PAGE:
March 30, 2023

Great Indian Mutiny

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How loud is the missile launch?

He watches Footage of the Saturn V launch during NASA’s Apollo program It’s the ’60s and ’70s, and one thing that might blow you away—even more than heavy polyester fashions and vintage hairstyles—is how Away, the crowds of spectators from the main event.

There were several good reasons for this, and noise was one of them: loud sounds can kill, and few things built by humans have been as loud as Saturn V.

When the Apollo astronauts launched their missions to the Moon, they did so with more than 3.2 miles (5.1 kilometers) separating them from the seemingly enthusiastic crowd. Even at such distances, the noise was incredible. A common myth at the time was that the sound waves from the Saturn V engines were so powerful that they melted concrete on the launch pad and set fire to grass a mile (1.6 km) away (both were false).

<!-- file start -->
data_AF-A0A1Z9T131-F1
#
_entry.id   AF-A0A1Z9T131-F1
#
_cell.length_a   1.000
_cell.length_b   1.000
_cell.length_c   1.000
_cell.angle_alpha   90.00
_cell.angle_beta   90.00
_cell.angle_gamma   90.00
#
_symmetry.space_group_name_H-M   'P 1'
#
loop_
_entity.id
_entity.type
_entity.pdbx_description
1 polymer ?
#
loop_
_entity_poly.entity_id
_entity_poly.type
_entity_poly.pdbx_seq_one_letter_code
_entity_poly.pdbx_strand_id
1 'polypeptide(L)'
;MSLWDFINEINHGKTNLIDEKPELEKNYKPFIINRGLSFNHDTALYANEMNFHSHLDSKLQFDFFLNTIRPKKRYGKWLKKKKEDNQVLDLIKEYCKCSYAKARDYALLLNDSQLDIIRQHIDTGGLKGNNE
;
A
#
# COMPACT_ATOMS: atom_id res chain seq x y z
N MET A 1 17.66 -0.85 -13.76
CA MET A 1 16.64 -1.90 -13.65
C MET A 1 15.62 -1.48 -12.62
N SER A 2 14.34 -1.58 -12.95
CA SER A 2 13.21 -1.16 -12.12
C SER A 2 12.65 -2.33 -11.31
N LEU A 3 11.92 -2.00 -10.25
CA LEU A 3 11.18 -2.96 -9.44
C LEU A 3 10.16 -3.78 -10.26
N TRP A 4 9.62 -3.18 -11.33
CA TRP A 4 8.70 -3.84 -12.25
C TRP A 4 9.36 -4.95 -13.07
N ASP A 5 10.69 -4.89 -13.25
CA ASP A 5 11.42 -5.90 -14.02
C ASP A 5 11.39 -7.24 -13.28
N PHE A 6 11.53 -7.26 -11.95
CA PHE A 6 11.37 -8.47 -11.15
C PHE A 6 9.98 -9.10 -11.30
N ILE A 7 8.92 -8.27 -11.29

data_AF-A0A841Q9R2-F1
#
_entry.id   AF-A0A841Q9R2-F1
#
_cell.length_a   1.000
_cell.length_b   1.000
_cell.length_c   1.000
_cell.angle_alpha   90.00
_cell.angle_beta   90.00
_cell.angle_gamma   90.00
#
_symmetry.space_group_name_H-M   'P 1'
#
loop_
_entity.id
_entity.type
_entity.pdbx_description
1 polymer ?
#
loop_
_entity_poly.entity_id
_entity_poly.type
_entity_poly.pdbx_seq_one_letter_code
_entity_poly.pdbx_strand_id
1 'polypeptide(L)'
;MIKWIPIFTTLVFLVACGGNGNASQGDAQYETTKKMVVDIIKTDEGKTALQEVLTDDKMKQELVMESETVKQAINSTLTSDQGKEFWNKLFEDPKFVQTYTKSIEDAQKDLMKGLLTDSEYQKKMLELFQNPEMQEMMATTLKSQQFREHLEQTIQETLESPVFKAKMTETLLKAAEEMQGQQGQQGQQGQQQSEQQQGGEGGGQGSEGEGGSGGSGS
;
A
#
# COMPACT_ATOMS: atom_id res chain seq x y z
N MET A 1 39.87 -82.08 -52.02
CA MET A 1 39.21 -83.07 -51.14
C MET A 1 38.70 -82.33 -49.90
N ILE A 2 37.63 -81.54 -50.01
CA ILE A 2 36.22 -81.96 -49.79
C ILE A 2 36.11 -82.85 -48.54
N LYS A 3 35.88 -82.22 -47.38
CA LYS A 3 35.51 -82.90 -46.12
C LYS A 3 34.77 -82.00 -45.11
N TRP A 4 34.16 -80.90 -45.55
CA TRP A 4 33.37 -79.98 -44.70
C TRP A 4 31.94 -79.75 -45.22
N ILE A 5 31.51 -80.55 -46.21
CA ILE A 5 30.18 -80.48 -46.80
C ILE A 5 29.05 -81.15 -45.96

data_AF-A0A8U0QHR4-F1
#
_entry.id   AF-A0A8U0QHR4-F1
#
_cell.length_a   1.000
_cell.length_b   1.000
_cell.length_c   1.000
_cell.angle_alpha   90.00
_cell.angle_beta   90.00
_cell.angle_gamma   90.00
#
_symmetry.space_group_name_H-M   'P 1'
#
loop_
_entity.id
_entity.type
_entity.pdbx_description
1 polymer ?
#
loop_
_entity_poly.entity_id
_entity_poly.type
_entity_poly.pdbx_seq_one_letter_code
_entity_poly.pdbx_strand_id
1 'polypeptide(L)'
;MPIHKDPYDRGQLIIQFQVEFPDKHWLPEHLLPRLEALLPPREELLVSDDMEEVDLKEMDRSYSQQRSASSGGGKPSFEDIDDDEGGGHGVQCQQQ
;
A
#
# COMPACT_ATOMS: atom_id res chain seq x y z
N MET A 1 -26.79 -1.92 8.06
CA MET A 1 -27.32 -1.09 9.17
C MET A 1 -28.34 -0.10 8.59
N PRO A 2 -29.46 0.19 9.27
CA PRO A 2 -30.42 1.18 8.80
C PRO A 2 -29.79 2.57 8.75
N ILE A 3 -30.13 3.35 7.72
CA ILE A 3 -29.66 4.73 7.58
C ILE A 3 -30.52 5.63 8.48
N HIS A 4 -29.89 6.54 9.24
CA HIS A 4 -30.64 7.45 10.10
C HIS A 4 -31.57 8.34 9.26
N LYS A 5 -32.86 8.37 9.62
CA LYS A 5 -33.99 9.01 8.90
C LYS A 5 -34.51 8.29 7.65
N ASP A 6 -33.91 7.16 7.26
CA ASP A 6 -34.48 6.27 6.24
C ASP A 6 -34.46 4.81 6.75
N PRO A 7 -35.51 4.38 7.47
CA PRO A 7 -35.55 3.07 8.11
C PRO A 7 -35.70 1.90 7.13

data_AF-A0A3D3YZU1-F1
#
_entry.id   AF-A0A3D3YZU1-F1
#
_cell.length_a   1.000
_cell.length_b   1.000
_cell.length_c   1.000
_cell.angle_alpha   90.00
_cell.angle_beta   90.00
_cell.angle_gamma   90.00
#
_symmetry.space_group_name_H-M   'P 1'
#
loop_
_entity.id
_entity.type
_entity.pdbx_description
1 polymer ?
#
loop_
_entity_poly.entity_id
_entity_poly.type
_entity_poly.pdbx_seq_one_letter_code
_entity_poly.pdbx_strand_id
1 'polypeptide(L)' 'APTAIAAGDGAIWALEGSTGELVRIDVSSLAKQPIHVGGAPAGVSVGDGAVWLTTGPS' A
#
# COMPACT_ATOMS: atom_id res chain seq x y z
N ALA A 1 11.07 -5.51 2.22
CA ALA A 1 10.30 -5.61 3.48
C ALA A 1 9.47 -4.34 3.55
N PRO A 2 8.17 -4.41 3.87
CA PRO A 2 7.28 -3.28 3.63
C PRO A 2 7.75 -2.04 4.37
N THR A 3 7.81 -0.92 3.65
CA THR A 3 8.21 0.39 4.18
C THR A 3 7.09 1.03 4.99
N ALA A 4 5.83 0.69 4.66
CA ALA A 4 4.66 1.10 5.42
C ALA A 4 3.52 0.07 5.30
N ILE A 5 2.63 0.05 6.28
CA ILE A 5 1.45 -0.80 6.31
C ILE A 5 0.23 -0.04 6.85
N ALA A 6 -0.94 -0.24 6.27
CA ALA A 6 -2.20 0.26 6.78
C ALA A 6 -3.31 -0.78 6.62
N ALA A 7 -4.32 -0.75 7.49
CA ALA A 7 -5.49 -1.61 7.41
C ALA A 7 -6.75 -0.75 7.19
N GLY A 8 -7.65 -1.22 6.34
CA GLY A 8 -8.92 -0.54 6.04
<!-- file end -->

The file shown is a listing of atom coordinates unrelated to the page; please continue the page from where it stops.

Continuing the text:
NASA measurements at the time recorded the launch noise at 204 decibels. Compare that to the sound of a jet plane taking off, which is between 120 and 160 decibels Danger to hearing if it lasts more than 30 seconds. Even at 1.5 miles (2.4 km) away, the Saturn 5’s firing noise has been recorded as 120 decibels — about as loud as a rock concert, or a car horn in very close quarters.

“I’ve always been physically amazed at the launch,” says Anthony Rowe, a Florida coffee shop owner who has been watching and photographing launches since the days of the Saturn V. In the 1970s, an acoustic device called the Sensurround was used in disaster films like Earthquake to create a subsonic seismic “experience” in a theater.

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“The launches, up close, are a bit like Sensurround,” says Rowe. “You can feel a slight shiver, then the rumble of a building in your chest before you hear any actual sound. The subsonic bass frequencies make your ears scream. After a few seconds, the sound gathers into a roar, like a huge welding torch.”

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Last year, a team of scientists from Brigham Young University in Utah calculated just that How loud was the Saturn V?. They came to a result remarkably similar to the NASA recordings – 203 decibels.

The difference between 160 and 200dB may not sound like much in the grand scheme of things, but it is.

“One hundred and seventy decibels would be the equivalent of 10 aircraft engines. Two hundred decibels would be 10,000 engines,” said Kent Gee, lead author of the study and professor of physics at Brigham Young University at the time. “Every 10 decibels is an increase in magnitude.”